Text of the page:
Why you shouldn’t give your son a Ferrari

A spate of high-profile accidents during the past few months involving fast cars and rich heirs is trying the patience of leadership — and the common man — across Asia.

Finance Asia

Lara Wozniak

A Ferrari has long been a red flag for cops, who may reasonably assume that the driver is inclined to speed.

But in Asia, it has also become a red flag for wealth advisers, who may fear the threat that it represents to a family’s reputation or its political standing. Even so, such decisions are clearly not within their remit. If a senior party cadre cannot control his unruly offspring, it is unlikely that a financial adviser will have any more luck.

As one private banker said: “Look, they get the car, and then I see it and shake my head; it’s not something they ask me about for advice. They talk to me about how to make their money make them more money.”

But given the recent spate of scandals, perhaps high-net-worth individuals, particularly those with political ambitions in China, should seek advice from their wealth advisers about how they spend their money.

“From a political risk point of view, if I was a Chinese party leader in this political climate I would be garaging my sons’ and daughters’ Ferraris and any other flash cars, ensuring that they kept a very low profile and avoiding any activity likely to cause a stir,” said Steve Vickers, chief executive officer of Steve Vickers & Associates, a specialist risk mitigation, corporate intelligence, security and consulting company.

“The corruption button has never been hotter or of more concern to the leadership,” he added.

The tale of a black Ferrari 458 Spider that crashed on Beijing’s Fourth Ring Road in March probably would have gotten more air-time, despite China’s efforts to squelch the story, if other political intrigue wasn’t unfolding at the same time. On March 18, a half-undressed, unnamed young man died behind the wheel of his Ferrari while two women, one of whom was allegedly naked, sustained injuries. That’s definitely the stuff of gossip, even if censors go into overdrive to suppress it.

But only three days earlier China had announced that Bo Xilai had been removed from his post as party chief in Chongqing after his head of police fled to the US consulate in Chengdu amid the mysterious death of British businessman Neil Heywood. That story, and its numerous offshoots, dominated China news until late August, when Bo’s wife was found guilty of Heywood’s murder. In the meantime, the story of a crashed Ferrari faded to the background.

That is, until this past weekend, when officials leaked that the driver was 23-year-old Ling Gu, the son of Ling Jihua, who is a close ally of the departing president, Hu Jintao. That news was finally released when officials also announced that Ling was being demoted from his role as head of the General Office of the party’s Central Committee — essentially Hu’s right-hand man. In short, Ling lost his son and his power as he was demoted ahead of the coming leadership change.

After all, how can a Communist party official’s son afford a $700,000 car? Clearly the old, conservative officials that built the past 30 years of success in China are displeased with the some of the shenanigans of the younger generation.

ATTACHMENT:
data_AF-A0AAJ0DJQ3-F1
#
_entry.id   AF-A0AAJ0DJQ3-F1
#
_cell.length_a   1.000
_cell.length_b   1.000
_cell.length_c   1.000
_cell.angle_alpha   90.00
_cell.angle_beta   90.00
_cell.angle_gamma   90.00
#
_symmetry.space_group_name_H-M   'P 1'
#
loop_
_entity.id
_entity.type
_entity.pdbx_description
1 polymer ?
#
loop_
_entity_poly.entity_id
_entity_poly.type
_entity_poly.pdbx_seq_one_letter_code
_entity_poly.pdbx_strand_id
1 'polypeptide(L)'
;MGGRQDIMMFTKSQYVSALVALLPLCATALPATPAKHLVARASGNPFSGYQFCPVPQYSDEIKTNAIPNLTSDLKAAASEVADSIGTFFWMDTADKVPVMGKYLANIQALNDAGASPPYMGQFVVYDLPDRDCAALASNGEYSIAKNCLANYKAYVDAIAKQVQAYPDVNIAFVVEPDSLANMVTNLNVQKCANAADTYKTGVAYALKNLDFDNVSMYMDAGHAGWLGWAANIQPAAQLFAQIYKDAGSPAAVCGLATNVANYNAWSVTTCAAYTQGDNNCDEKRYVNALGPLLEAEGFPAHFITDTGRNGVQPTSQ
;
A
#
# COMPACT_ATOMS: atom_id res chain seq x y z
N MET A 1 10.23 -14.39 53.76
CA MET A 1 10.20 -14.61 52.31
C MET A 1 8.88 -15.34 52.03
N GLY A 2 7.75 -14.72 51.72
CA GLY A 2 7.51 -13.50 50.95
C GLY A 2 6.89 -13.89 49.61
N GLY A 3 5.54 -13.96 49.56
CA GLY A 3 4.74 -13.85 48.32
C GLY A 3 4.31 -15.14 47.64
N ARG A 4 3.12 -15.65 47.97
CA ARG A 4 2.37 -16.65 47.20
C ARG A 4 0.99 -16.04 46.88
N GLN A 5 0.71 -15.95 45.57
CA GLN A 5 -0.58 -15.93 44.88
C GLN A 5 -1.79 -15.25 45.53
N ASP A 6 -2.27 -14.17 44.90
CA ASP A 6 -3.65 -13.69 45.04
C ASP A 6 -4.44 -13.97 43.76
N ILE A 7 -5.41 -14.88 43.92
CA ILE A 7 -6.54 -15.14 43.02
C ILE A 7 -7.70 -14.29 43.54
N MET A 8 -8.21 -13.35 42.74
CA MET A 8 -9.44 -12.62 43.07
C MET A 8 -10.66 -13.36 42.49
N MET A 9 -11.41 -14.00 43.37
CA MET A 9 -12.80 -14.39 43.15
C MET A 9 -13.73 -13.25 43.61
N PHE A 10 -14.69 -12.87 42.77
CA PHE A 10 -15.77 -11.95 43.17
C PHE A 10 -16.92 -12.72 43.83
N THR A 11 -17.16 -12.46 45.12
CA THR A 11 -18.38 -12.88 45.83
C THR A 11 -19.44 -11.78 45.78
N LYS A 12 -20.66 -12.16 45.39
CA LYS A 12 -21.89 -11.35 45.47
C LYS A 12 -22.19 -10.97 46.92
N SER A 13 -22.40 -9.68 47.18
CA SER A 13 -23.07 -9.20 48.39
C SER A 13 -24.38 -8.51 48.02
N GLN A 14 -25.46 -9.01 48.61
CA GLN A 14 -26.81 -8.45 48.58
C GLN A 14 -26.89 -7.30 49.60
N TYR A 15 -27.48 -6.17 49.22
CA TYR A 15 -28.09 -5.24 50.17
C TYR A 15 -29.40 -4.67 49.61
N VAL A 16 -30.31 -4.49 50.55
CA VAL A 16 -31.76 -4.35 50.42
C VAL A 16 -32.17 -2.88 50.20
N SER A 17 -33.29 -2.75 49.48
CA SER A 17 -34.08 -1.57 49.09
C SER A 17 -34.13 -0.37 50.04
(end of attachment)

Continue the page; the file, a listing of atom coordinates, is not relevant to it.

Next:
But it’s not just in China. Earlier this week news trickled out about another scion of a powerful family — this time the grandson of the creator of Red Bull, an energy drink. Vorayuth Yoovidhya, 27, was driving his Ferrari when he allegedly ran over a Thai police officer, killing him, and then fled the scene.

While no one questions how Vorayuth could afford a Ferrari, Thais are up in arms about how the case nearly got dismissed. Bangkok’s top police official, Comronwit Toopgrajank, said he took charge of the investigation after a lower-ranking policeman initially tried to arrest someone else for the crime. Such cover-ups are not unheard-of in Thailand. The fact that it didn’t fly this time suggests that patience for the antics of the uber-wealthy has run thin.

And it’s not just these two cases. In Singapore, in May, two accidents — at the same junction of Rochor Road and Victoria Street — occurred during the space of two weeks. Both times the drivers were allegedly trying to beat red lights. The second accident involved a 30-year-old Singaporean driver. But it is the first accident, which involved three fatalities, that is more poignant. The Ferrari driver, who died, was described as a 31-year-old Chinese businessman. Within a week of this accident, the wife of the driver blogged on Chinese sites: “We are neither guan er dai [second generation of officials] nor fu er dai [rich second generation],” squelching accusations that were already rampant.

The common thread — other than wealth, which is a given when a Ferrari is involved — is youth. The masses are increasingly angered by such behaviour, which they view as evidence of how disconnected the wealthy have become from the common man.

The truth is that such fast-and-loose partying has been going on for a long time. In fiction, it’s the basis for The Great Gatsby, while in the real world it is epitomised by the events at Chappaquiddick in the summer of 1969, when US senator Ted Kennedy drove his car off a bridge and into a channel on Chappaquiddick Island in Massachusetts. He swam to safety, while his passenger, Mary Jo Kopechne, drowned. The scandal is said to have been responsible for his decision not to run for president.

Fast cars and accidents are bad for politics. And while they’re probably not bad for business — at the very least, sports cars are a talking point and still do garner admiration among most men — the days of getting away with just about anything because you can afford one, are over.